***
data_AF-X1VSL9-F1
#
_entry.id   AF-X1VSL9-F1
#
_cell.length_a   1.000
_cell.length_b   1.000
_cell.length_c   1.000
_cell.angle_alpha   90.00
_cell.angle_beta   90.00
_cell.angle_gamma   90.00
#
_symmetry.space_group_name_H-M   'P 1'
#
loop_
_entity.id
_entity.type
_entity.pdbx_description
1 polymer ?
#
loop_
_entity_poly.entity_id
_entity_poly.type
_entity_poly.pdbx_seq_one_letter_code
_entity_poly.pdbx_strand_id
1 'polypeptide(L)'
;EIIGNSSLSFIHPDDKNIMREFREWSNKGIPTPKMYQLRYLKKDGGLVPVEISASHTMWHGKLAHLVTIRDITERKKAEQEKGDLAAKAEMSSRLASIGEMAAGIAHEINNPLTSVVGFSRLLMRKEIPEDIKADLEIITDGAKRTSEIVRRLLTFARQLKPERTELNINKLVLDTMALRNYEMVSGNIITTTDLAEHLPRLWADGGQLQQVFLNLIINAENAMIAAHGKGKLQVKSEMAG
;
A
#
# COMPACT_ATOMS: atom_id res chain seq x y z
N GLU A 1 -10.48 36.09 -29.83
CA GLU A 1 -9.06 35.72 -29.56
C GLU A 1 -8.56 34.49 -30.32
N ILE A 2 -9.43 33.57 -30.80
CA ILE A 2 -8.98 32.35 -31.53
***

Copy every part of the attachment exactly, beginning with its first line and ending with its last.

data_AF-X1VSL9-F1
#
_entry.id   AF-X1VSL9-F1
#
_cell.length_a   1.000
_cell.length_b   1.000
_cell.length_c   1.000
_cell.angle_alpha   90.00
_cell.angle_beta   90.00
_cell.angle_gamma   90.00
#
_symmetry.space_group_name_H-M   'P 1'
#
loop_
_entity.id
_entity.type
_entity.pdbx_description
1 polymer ?
#
loop_
_entity_poly.entity_id
_entity_poly.type
_entity_poly.pdbx_seq_one_letter_code
_entity_poly.pdbx_strand_id
1 'polypeptide(L)'
;EIIGNSSLSFIHPDDKNIMREFREWSNKGIPTPKMYQLRYLKKDGGLVPVEISASHTMWHGKLAHLVTIRDITERKKAEQEKGDLAAKAEMSSRLASIGEMAAGIAHEINNPLTSVVGFSRLLMRKEIPEDIKADLEIITDGAKRTSEIVRRLLTFARQLKPERTELNINKLVLDTMALRNYEMVSGNIITTTDLAEHLPRLWADGGQLQQVFLNLIINAENAMIAAHGKGKLQVKSEMAG
;
A
#
# COMPACT_ATOMS: atom_id res chain seq x y z
N GLU A 1 -10.48 36.09 -29.83
CA GLU A 1 -9.06 35.72 -29.56
C GLU A 1 -8.56 34.49 -30.32
N ILE A 2 -9.43 33.57 -30.80
CA ILE A 2 -8.98 32.35 -31.53